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Reviews Categories | Books/Manuals/Videos/Pod-WebCasts on ham radio | Radio Rescue (written and illustrated by Lynne Barasch) Help

Reviews Summary for Radio Rescue (written and illustrated by Lynne Barasch)
Reviews: 3 Average rating: 5.0/5 MSRP: $16.00/26.95 Canada
Description: An Amateur Radio book for children; the author recounts her father's experiences in the 1920s (and even includes his QSL card in the front of the book...nice touch)
Product is in production.
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K1RFD Rating: 5/5 Jan 25, 2006 09:58 Send this review to a friend
Excellent, even for youngest readers  Time owned: 0 to 3 months
My daughter's school librarian recommended this book to her when she asked for books about "codes" (i.e. codes and ciphers).

It was great to find out that it's a Ham Radio story!

The book puts a lot of emphasis on how the young boy learned Morse Code back in the day. My daughter, who is a kindergartener, is fascinated with this and has asked me to read it to her 4 or 5 times already, with plenty of time spent on the Morse chart at the back of the book.

The book is well-illustrated and tells a good story, the hero being a 10-year-old boy who lived in New York in the 1920s. I recommend it to those with children between the ages of about 5 to 10.
K9YA Rating: 5/5 Jul 27, 2005 17:32 Send this review to a friend
Excellent book!  Time owned: more than 12 months
Great book and the illustrations are superb. A complete review of this book was done in the Feb 2004 issue of the K9YA Telegraph.
N8DXR Rating: 5/5 Jul 27, 2005 16:55 Send this review to a friend
A GREAT gift for youngsters, and your local library as well!!  Time owned: 0 to 3 months
In the 1920s, a young man in New York City earned the callsign 2AZK with help from his friend Bill (Irwin) who held the call 2CUQ. That young ham - Bill Marx, later W2AZK - learned his code so well he not only passed traffic for sailors passing through the city (a nice part of the tale on its own) but also emergency traffic during the vicious 1926 Florida hurricane - of which one message saved the lives of a family in Key Largo.

Lynne's artwork, as well as a magnificent picture of her father's station taken by a local paper soon after the news of his work got out, makes this book a must have for Amateur Radio fans of all ages!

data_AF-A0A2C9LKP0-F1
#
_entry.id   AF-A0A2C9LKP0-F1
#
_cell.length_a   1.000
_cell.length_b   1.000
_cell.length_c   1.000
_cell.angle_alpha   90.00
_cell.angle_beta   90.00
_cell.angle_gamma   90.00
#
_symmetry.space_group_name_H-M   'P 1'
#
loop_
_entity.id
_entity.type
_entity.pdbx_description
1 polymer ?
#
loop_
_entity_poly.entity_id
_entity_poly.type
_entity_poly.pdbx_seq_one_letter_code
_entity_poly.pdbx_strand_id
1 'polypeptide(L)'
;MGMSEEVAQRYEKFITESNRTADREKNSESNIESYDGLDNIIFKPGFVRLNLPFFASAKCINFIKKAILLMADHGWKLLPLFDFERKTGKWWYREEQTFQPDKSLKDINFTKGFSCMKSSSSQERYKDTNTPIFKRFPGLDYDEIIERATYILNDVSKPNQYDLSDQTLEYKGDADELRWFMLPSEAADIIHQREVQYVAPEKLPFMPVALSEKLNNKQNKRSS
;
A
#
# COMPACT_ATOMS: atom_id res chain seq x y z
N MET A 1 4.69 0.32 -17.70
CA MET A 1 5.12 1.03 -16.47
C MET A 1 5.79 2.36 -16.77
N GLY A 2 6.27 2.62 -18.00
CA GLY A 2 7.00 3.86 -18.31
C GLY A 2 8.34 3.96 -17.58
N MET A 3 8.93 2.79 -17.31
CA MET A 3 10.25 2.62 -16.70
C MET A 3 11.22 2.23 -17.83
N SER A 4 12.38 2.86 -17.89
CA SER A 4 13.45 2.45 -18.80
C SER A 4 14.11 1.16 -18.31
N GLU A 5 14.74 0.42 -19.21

The only two changes I would have made perhaps any editor would have demanded: One, Lynne did not mention what newspaper her father's photograph came from (and that should not be that difficult a task to complete, particularly with the help of the great folks in historical research at the New York Public Library). Second, on the inside flyleafs of the book covers where Lynne has statues of the great founders of our hobby, she shows (in order) Farady, Morse, Maxwell, Hertz, Marconi and...Lee DeForest??? He'd be the LAST person you'd want in that pantheon, given his super dubious background! I'd replace him with Hiram Percy Maxim and be done with it!

But all in all, a wonderful book for any and all, just the kind of work that would make a great heirloom to be handed down. We need books for young people as much as we need them for the rest of us in this hobby, and Lynne has done nothing less than a superb job. My only other question would be, just out of curiosity: Did this ever get consideration for a Caldedott medal?

That last question is all the more poignant when you realize one Theodore Geisel (as in Dr. Seuss) *never* won either the Caldecott OR the Newberry (an FYI: The Caldecott is presented annually to the best illustrated children's book while the Newberry is awarded to the best written book for children).

Here's hoping this book is still in print.

It truly deserves to be.

If not, somebody tip the ARRL off; this would make a fantastic addition to their literary catalog...

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